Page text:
↓ Skip to main content

Atovaquone and quinine anti-malarials inhibit ATP binding cassette transporter activity

Overview of attention for article published in Malaria Journal, September 2014
Altmetric Badge

About this Attention Score

  • In the top 25% of all research outputs scored by Altmetric
  • High Attention Score compared to outputs of the same age (80th percentile)
  • Good Attention Score compared to outputs of the same age and source (76th percentile)

Mentioned by

twitter
1 tweeter
patent
2 patents

Citations

dimensions_citation
39 Dimensions

Readers on

mendeley
54 Mendeley
You are seeing a free-to-access but limited selection of the activity Altmetric has collected about this research output. Click here to find out more.
Title
Atovaquone and quinine anti-malarials inhibit ATP binding cassette transporter activity
Published in
Malaria Journal, September 2014
DOI 10.1186/1475-2875-13-359
Pubmed ID
Authors

Sanna R Rijpma, Jeroen JMW van den Heuvel, Maarten van der Velden, Robert W Sauerwein, Frans GM Russel, Jan B Koenderink

Abstract

Therapeutic blood plasma concentrations of anti-malarial drugs are essential for successful treatment. Pharmacokinetics of pharmaceutical compounds are dependent of adsorption, distribution, metabolism, and excretion. ATP binding cassette (ABC) transport proteins are particularly involved in drug deposition, as they are located at membranes of many uptake and excretory organs and at protective barriers, where they export endogenous and xenobiotic compounds, including pharmaceuticals. In this study, a panel of well-established anti-malarial drugs which may affect drug plasma concentrations was tested for interactions with human ABC transport proteins.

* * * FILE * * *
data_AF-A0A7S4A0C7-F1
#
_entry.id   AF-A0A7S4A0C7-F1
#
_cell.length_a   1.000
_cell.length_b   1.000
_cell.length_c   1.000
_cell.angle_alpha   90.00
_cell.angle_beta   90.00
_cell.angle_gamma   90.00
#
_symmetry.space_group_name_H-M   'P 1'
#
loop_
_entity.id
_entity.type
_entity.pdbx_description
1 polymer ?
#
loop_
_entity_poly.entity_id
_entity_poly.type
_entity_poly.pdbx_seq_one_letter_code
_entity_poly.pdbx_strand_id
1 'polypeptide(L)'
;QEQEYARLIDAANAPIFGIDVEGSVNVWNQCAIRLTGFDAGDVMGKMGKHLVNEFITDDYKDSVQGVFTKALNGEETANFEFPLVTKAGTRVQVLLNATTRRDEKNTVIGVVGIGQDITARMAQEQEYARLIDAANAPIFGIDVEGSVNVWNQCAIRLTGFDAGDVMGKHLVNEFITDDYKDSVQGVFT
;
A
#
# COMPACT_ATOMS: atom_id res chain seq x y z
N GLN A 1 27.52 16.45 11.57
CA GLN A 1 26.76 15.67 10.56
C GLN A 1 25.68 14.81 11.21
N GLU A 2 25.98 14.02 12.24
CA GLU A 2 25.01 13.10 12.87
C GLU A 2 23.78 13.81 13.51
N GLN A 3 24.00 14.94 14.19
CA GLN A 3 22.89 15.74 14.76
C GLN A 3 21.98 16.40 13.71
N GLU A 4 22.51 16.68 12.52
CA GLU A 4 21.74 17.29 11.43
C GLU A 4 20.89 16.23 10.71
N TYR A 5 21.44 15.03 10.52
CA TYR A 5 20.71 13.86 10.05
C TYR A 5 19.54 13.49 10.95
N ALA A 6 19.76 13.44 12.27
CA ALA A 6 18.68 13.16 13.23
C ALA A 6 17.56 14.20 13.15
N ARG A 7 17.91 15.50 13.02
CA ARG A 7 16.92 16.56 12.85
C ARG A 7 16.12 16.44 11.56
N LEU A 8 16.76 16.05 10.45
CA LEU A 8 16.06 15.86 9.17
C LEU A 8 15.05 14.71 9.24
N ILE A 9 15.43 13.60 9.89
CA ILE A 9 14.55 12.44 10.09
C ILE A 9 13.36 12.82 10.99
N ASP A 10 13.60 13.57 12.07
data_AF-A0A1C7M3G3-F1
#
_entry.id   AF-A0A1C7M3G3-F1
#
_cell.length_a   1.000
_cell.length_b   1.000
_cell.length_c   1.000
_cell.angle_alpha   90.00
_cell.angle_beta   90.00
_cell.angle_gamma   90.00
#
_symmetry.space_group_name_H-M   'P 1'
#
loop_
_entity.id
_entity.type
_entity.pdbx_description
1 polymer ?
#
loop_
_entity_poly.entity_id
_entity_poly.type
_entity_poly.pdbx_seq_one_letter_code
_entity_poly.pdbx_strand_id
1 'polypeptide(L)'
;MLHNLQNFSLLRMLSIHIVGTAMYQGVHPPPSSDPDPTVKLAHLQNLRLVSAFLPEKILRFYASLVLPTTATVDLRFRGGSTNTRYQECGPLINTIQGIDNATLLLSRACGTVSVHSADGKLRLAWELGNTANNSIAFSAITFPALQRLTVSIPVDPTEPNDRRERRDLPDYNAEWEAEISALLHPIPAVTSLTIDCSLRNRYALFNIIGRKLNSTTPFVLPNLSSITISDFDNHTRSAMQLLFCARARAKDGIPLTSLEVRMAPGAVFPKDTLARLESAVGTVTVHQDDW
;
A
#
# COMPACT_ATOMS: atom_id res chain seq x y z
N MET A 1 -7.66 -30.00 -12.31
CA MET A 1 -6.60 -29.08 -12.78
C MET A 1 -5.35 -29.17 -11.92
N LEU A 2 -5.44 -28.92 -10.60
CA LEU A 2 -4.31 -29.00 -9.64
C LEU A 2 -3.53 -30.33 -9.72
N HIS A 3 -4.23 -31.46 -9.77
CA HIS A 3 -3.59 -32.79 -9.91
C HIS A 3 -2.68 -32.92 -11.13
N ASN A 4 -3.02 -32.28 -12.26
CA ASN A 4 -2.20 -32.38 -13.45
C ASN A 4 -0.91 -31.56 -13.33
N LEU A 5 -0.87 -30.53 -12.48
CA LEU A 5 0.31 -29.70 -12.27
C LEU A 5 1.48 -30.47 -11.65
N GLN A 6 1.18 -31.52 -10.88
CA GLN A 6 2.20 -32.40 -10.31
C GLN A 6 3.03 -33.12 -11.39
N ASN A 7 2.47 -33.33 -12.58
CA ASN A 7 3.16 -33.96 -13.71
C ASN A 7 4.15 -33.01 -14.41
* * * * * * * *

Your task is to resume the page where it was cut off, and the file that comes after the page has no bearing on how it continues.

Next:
Twitter Demographics

The data shown below were collected from the profile of 1 tweeter who shared this research output. Click here to find out more about how the information was compiled.

Mendeley readers

The data shown below were compiled from readership statistics for 54 Mendeley readers of this research output. Click here to see the associated Mendeley record.

Geographical breakdown

Country Count As %
South Africa 2 4%
Burkina Faso 1 2%
Unknown 51 94%

Demographic breakdown

Readers by professional status Count As %
Student > Master 13 24%
Student > Ph. D. Student 9 17%
Student > Bachelor 8 15%
Student > Postgraduate 4 7%
Researcher 3 6%
Other 11 20%
Unknown 6 11%
Readers by discipline Count As %
Pharmacology, Toxicology and Pharmaceutical Science 12 22%
Medicine and Dentistry 9 17%
Biochemistry, Genetics and Molecular Biology 7 13%
Agricultural and Biological Sciences 7 13%
Arts and Humanities 4 7%
Other 9 17%
Unknown 6 11%

Attention Score in Context

This research output has an Altmetric Attention Score of 7. This is our high-level measure of the quality and quantity of online attention that it has received. This Attention Score, as well as the ranking and number of research outputs shown below, was calculated when the research output was last mentioned on 29 November 2018.
All research outputs
#4,507,922
of 22,763,032 outputs
Outputs from Malaria Journal
#1,141
of 5,554 outputs
Outputs of similar age
#48,482
of 245,563 outputs
Outputs of similar age from Malaria Journal
#24
of 106 outputs
Altmetric has tracked 22,763,032 research outputs across all sources so far. Compared to these this one has done well and is in the 80th percentile: it's in the top 25% of all research outputs ever tracked by Altmetric.
So far Altmetric has tracked 5,554 research outputs from this source. They typically receive a little more attention than average, with a mean Attention Score of 6.8. This one has done well, scoring higher than 79% of its peers.
Older research outputs will score higher simply because they've had more time to accumulate mentions. To account for age we can compare this Altmetric Attention Score to the 245,563 tracked outputs that were published within six weeks on either side of this one in any source. This one has done well, scoring higher than 80% of its contemporaries.
We're also able to compare this research output to 106 others from the same source and published within six weeks on either side of this one. This one has done well, scoring higher than 76% of its contemporaries.